2) It is my understanding that PG & E is a skilled player in the art of paying off Democrat politicians in California. Therefore, they will be made immune to any penalty for any actions that they have taken that harms the peasantry.

3) Said peasants will be taxed/fined/forced to pay for any repairs to the P G & E infrastructure damaged by the fires; while yet not having any improvements to that infrastructure be made to protect said peasantry from a repeat.

There is no level of cynicism that is too much when dealing with the Peoples’ Democrat Republic of Alta California.

Subotai Bahadur

There’s federal land over there too. Why would the lawsuits be limited to the state of California?

At any rate, I heard the governor just signed a measure allowing PG&E to avoid bankruptcy by transferring the billions in damages from lawsuits (should that happen) directly to the customers. I don’t know what else needs to be said at this point.

You know, a good prankster would be able to send a forged announcement from PG&E to various radio and TV stations with a statement:

PG&E will be shutting down all power facilities next week so that a full inspection of the power lines can be conducted, and if any of them are a threat to fire safety, they will remain shut down until repairs can be completed. Users are to expect no more than a week without electricity, so keep your freezers and fridges closed until power is restored.

Ahem. Of course, this would be illegal, and therefore wrong, so nobody do it please.

    amatuerwrangler in reply to georgfelis. | November 28, 2018 at 3:07 am

    Ha. In fact, PGE issued a similar advisory a month ago, citing potential for equipment damage due to wind. When weather forecasts predicted winds sufficient to damage equipment or cause items (trees, for example) to damage lines and thus cause fire, they would shut off power in those portions of the grid until the hazard abated.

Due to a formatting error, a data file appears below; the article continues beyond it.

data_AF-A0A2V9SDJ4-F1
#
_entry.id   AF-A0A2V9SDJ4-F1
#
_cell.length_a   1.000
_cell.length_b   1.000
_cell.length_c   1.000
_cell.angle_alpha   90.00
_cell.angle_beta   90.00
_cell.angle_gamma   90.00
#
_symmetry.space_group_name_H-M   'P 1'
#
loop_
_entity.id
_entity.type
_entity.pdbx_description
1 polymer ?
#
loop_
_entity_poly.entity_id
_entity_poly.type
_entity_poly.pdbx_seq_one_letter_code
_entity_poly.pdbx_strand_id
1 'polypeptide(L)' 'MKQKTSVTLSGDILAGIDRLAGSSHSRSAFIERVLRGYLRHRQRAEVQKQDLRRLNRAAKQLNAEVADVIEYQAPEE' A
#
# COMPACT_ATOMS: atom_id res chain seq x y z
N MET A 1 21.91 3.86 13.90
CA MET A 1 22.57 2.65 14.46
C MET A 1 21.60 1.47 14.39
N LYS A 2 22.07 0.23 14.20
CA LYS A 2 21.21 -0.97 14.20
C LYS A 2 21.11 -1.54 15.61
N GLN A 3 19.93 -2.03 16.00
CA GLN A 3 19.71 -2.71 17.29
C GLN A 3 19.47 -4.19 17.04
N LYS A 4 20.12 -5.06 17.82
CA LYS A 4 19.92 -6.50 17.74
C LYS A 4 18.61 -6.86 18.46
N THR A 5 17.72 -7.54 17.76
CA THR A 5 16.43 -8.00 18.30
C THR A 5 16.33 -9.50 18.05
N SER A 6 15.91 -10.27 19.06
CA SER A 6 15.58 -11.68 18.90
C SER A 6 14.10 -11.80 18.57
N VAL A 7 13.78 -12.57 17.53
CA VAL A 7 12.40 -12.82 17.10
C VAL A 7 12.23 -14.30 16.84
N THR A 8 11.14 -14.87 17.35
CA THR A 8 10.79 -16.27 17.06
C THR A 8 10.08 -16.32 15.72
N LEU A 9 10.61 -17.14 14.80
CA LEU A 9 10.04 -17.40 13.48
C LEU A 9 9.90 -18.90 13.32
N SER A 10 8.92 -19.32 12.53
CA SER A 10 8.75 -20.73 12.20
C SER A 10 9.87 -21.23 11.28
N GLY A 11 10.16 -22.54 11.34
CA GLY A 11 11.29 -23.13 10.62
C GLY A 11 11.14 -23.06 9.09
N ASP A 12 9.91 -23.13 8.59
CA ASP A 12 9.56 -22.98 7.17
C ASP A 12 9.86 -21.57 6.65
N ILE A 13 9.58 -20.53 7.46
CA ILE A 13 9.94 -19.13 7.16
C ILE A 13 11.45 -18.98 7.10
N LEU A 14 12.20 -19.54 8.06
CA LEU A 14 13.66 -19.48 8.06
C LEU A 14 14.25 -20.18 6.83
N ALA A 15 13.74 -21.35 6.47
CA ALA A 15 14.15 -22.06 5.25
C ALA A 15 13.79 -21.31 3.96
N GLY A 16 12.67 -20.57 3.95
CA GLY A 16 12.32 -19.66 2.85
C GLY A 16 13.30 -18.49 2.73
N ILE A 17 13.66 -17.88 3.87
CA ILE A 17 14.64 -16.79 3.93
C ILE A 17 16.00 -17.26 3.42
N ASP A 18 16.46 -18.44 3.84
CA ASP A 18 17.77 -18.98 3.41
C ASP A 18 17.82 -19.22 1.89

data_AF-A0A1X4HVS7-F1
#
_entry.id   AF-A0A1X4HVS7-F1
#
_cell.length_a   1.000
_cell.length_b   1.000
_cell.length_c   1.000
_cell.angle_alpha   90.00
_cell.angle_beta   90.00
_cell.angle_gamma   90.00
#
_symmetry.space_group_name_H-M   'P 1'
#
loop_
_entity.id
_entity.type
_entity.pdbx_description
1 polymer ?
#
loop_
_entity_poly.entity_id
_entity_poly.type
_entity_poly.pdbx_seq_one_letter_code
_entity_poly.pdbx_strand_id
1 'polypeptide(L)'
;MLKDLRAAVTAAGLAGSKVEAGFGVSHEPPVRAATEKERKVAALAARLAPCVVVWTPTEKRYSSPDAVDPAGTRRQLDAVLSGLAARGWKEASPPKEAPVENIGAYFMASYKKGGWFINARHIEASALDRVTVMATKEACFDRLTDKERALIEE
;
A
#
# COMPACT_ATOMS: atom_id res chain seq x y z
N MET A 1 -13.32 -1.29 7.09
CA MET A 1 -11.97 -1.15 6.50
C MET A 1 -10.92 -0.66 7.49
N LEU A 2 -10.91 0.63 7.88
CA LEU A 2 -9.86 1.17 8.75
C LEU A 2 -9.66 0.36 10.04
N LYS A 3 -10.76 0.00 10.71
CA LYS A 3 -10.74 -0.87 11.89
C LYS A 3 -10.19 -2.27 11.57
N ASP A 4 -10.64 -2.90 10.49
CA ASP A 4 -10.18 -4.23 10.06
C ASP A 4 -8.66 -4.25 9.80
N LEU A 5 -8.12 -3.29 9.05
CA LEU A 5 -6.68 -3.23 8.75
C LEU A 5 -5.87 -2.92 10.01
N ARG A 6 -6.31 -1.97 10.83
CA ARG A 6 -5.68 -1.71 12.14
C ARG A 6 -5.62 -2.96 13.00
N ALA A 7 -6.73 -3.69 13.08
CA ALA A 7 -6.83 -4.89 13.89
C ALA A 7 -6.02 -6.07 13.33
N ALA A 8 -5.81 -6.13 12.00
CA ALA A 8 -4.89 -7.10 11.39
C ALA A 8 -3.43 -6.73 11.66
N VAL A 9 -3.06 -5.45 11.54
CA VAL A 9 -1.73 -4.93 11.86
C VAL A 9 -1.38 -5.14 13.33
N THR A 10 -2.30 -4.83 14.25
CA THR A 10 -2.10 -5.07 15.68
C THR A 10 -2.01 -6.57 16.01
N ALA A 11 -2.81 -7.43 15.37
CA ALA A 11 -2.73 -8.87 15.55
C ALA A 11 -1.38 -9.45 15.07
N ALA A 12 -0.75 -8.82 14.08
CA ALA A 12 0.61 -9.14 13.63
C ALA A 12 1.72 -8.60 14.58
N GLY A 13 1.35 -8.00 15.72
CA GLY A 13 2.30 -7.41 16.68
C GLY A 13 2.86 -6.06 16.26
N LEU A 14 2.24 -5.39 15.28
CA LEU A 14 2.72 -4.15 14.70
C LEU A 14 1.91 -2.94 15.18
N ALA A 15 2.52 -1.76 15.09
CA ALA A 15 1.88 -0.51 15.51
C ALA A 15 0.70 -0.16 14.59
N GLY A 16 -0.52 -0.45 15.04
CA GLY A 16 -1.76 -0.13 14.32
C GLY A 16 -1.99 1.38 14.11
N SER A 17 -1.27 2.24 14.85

If that’s not what happened in real life one must wonder why.

        Because if they *do* pull the plug during a windstorm, tens of thousands of irate customers will call. If they *don’t* pull the plug, they *might* have a fire.

        It’s a balancing act. Besides, if they pull the plug, they’re going to get the State hammering on them for fearmongering and various other hateful things. Lawsuits on the left, lawsuits on the other left.

          amatuerwrangler in reply to georgfelis. | November 28, 2018 at 1:13 pm

          And they did “pull the plug” and created a sizable crowd of those unhappy people. There was also a tree that fell on a line (says PGE) resulting in those people being without power for some 2 days. This was all before the Camp Fire.

          There are winds in the 20-30 mph range predicted today in the central foothills, so there may be a repeat performance, depending on the secret formula used to determine how much wind is too much wind.

          The lawsuits are already being filed.

It rests squarely on jerry brown’s head: but for his veto of legislation for prevention of exactly this kind of thing, ther would not have been the fires.

“Perhaps a clever lawyer…”
Avenati is on it.

The State of California and PGE have an excellent defense.

The UN, Sierra Club, World Wildlife Federation, Green Pieces, AARP, Democratic National Party, etc., and thousands of concerned scientist, have proven that Man Made C02 has increased the temperature of the world and thus made forest fires happen.

This is SETTLED science. Therefore, this case should be thrown out since the cause is C02, as proven by all major Universities, etc.

These people filing law suits are CLIMATE DENIERS and I believe in some areas that in itself is illegal, immoral and unethical. I imagine most, if not all, of those who lost their houses to Global Warming, accept and support the C02 reason for the loss of their homes (which they also knew should not be built in Old Growth Spotted Owl habitat !!)

    Practice what you preach and stop exhaling CO2.

    Stop being a science denier yourself. Don’t you know that plants need CO2 to live.

    On my second reading of your rant, I realized that you simply forgot to add an [end sarcasm] tag.

I don’t recall seeing anything about whether PG&E clear-cuts their right-of-ways. I have an LCRA main line running just behind my property and they’ve got a (at least) fifty foot clear-cut strip (same goes for the gas line that makes up one of my property lines). Cuts down considerably on the fire danger, although I haven’t heard of LCRA having anything like the maintenance problem that PG&E has, and when they get mentioned with respect to fires, it’s usually in conjunction with them funding a grant to upgrade local fire resources.

So maybe someone can explain to me how someone can expect to recover damages when the actual source of ignition for this fire is only assumed at this point.
Yes I understand that the filing is necessary to preserve evidence but it seems premature to me.
And going after PG&E makes sense in a way. They are the ones with the money, while the state of Failafornia is in debt upto their eyeballs.